The sceptics, as represented last night by Brody, argue that what in fact data visualisation is doing is creating a lot of pretty pictures that do nothing more than please the eye. At one point in the discussion Brody dismisses one of McCandless’s pieces as something he might like to hang on his wall – the implication being that this is all it is good for.



A beautiful geometric pattern may well be visually seductive, but is it any more successful in getting over the facts or arguing a case than bald, unadorned figures? Data visualisation’s adherents argue that a certain amount of visual flair is necessary in order not just to explain complex data but also to encourage engagement with it. The question is at what point does the pursuit of the latter undermine the former?


An image from The Little Book Of Shocking Global Facts, described as “possibly the worst graph I have ever seen” by information designer Andy Kirk on his Visualising Data site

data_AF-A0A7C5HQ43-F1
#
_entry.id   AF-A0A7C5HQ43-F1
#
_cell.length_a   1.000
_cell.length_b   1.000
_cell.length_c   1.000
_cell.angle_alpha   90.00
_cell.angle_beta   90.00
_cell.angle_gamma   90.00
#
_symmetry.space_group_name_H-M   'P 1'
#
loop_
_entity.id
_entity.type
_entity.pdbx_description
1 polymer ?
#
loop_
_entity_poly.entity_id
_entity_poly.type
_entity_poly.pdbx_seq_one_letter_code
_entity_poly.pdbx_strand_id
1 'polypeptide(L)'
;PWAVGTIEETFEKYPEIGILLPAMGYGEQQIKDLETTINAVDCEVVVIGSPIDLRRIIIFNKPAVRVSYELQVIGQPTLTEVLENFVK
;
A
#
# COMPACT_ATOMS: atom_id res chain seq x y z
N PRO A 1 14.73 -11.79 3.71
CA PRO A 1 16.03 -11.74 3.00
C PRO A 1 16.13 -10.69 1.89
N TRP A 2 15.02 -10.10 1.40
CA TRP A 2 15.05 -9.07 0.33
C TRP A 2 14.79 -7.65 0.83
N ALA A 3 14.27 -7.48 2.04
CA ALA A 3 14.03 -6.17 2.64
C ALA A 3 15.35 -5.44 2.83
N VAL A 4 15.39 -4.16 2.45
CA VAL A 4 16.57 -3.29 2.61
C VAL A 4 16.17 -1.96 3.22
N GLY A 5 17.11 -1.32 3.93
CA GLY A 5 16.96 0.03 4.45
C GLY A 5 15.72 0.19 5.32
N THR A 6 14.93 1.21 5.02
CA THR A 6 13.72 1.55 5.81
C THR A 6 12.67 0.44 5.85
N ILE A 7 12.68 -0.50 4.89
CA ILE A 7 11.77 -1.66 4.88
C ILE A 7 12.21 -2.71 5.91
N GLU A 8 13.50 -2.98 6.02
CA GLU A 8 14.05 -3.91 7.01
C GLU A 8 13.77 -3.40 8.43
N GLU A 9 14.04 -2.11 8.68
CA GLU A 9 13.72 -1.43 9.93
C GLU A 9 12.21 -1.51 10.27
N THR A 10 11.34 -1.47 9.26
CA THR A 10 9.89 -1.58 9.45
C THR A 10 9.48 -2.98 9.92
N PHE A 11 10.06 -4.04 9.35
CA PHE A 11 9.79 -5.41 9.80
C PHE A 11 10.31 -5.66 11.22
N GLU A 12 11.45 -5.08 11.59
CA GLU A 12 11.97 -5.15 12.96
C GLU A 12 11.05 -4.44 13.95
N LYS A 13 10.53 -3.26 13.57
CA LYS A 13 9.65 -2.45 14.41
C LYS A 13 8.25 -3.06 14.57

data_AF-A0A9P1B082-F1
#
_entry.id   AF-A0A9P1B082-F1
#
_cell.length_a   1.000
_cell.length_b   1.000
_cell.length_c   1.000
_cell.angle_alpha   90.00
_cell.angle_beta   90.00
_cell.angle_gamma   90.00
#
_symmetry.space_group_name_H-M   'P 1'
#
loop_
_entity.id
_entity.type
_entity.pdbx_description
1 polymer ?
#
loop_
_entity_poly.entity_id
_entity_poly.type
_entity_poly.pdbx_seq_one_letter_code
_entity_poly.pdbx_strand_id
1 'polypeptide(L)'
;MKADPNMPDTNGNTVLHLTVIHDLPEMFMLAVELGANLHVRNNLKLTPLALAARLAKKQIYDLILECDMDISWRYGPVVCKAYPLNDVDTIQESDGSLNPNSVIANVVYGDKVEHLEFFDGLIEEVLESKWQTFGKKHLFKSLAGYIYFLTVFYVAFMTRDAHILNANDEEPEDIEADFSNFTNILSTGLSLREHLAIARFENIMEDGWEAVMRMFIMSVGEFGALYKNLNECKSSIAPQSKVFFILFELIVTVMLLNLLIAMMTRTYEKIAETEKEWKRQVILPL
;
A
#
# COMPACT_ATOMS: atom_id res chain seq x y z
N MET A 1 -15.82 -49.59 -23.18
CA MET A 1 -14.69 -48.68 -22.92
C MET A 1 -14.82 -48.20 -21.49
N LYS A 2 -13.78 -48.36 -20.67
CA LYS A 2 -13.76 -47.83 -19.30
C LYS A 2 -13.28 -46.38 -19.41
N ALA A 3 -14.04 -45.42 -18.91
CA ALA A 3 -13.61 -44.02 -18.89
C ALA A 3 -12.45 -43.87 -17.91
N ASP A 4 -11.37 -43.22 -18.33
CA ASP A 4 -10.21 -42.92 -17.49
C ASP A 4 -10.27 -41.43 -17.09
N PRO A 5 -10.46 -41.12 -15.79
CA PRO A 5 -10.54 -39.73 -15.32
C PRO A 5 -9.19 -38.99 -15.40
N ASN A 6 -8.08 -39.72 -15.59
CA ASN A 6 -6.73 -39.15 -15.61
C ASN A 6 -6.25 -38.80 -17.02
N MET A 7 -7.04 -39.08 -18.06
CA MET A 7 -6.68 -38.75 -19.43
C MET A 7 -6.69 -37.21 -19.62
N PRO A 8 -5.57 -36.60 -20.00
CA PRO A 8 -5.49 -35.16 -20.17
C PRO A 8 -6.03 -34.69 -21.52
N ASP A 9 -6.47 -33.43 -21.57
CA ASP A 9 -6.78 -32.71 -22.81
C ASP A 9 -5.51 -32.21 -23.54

Further tension surfaced recently in debate over Barnbrook Design’s Little Book of Shocking Global Facts. Information designers accused Barnbrook of ignoring the basic rules of the craft to produce visually arresting imagery that was confusing at best and deceptive at worst in the way that it interpreted data visually (Nicholas Felton will address this in a piece for the September issue of CR, see also here and here). A counter argument, as put forward by MLA in a comment on our original piece on the book, is that “while the pages do use some aspects of information design, these aspects are primarily employed as graphic devices and not as objective, statistical referents that convey quantifiable information. In that sense they are much closer to the subjective quality of illustrations, and in particular the satirical cartoon, that conveys facts as politically charged struggles.” In other words, the book is not a neutral presentation of data but a polemic that employs some of the language of data visualisation to make its highly-illustrated arguments. (See this interview with Barnbrook’s Jon Abbott on the ideas behind the book).